Connecting to XFinity WiFi by Default
Another issue that concerns users is that they find that their devices will choose to connect to the xfinitywifi network prior to connecting to their home network. That issue arises because most devices will automatically connect to the last network they successfully connected to. And here’s where this issue gets a bit tricky.
To connect to any xfinitywifi network you need to enter your Comcast credentials if you have a Comcast account or sign in as a guest for a trial. The limited free trial will allow a user to surf the web on an xfinitywifi network for two 60 minute sessions per month. You have two wait 24 hours between the end of one session and the beginning of the next. Or you could opt to purchase a Xfinity WiFi Access pass with rates that start at $2.95 an hour and scale up to $19.95 per month.
So, if you’ve used a xfinitywifi network in your home or at another location, and have the xfinitywifi network turned on in your home, you might find that your devices are connecting to that public network by default.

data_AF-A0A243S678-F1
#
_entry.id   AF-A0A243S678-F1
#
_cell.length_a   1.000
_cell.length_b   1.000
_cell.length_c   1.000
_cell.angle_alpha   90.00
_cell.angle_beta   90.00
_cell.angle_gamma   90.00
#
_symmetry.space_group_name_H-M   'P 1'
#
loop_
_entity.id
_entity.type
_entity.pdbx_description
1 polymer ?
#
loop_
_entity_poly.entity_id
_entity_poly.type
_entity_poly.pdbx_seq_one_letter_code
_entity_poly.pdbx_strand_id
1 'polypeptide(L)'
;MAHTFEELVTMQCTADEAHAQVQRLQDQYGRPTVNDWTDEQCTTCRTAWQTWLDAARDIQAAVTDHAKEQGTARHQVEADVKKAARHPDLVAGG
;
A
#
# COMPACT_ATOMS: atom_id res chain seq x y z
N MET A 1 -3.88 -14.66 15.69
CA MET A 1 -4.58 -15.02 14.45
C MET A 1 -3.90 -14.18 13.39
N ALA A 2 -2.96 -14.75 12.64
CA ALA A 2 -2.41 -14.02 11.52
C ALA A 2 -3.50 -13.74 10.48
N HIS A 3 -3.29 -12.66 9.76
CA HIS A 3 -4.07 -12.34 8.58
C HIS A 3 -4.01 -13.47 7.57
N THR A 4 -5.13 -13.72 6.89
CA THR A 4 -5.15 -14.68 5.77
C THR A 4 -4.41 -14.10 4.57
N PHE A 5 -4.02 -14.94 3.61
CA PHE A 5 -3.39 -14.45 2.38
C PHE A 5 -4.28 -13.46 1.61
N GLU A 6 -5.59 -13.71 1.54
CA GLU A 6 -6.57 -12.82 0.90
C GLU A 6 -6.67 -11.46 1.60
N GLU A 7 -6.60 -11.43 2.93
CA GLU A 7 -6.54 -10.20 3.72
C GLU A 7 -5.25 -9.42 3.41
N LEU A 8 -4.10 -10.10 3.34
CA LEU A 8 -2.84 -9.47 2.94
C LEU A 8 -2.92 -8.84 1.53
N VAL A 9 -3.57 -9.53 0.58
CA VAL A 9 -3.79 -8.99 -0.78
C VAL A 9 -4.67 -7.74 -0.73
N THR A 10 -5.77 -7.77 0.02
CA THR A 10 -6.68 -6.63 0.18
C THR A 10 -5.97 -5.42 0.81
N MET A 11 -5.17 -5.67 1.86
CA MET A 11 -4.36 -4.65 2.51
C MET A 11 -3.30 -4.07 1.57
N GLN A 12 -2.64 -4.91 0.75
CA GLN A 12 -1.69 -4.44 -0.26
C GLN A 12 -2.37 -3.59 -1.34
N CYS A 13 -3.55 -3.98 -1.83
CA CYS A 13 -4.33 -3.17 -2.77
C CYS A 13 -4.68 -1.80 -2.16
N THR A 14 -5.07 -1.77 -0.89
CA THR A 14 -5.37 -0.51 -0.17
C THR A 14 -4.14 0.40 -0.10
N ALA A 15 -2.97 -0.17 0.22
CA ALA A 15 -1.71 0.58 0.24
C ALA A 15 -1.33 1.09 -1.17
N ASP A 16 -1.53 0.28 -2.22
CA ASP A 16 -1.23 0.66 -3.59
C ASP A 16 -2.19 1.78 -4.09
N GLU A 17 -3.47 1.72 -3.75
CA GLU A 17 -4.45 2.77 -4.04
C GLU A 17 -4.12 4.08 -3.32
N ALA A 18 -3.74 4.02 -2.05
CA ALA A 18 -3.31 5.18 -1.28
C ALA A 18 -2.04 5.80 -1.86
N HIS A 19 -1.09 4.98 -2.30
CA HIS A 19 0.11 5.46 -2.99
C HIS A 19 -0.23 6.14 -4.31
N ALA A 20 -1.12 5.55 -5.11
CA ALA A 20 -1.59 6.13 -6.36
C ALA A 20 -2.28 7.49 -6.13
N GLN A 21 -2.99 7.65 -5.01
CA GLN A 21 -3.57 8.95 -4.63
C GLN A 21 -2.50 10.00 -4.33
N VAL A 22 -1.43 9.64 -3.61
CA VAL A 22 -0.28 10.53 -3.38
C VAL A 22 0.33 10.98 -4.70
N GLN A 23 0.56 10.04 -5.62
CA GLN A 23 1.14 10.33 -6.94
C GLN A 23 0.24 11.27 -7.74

You’ll also discover that once you’ve signed on to the xfinitywifi network and you travel around an area where the program is active that you’ll connect to that network periodically. If, for example, you have Apps or services that only perform functions connected to WiFi you might notice those functions happening in what might be perceived as otherwise random locations.
After logging on to test the service when it rolled out in Chicago back in March, I’ve noticed that my smartphones and tablets would connect up to an xfinitywifi network and start uploading photos to Dropbox (which I only allow to happen when the device is connected to WiFi) as I traveled through the city.
How To Turn Off the Xfinity WiFi Home Hotspot Feature
If you want to turn off the feature you need to go to your Comcast Account page. Once you’ve logged in, click on Users and Preferences.
You then need to find the Service Address heading. Click on Manage Xfinity Wifi.
You will then see a pop up with options to enable or disable the Home Hotspot feature.
How To Keep From Connecting to xfinitywifi as a Default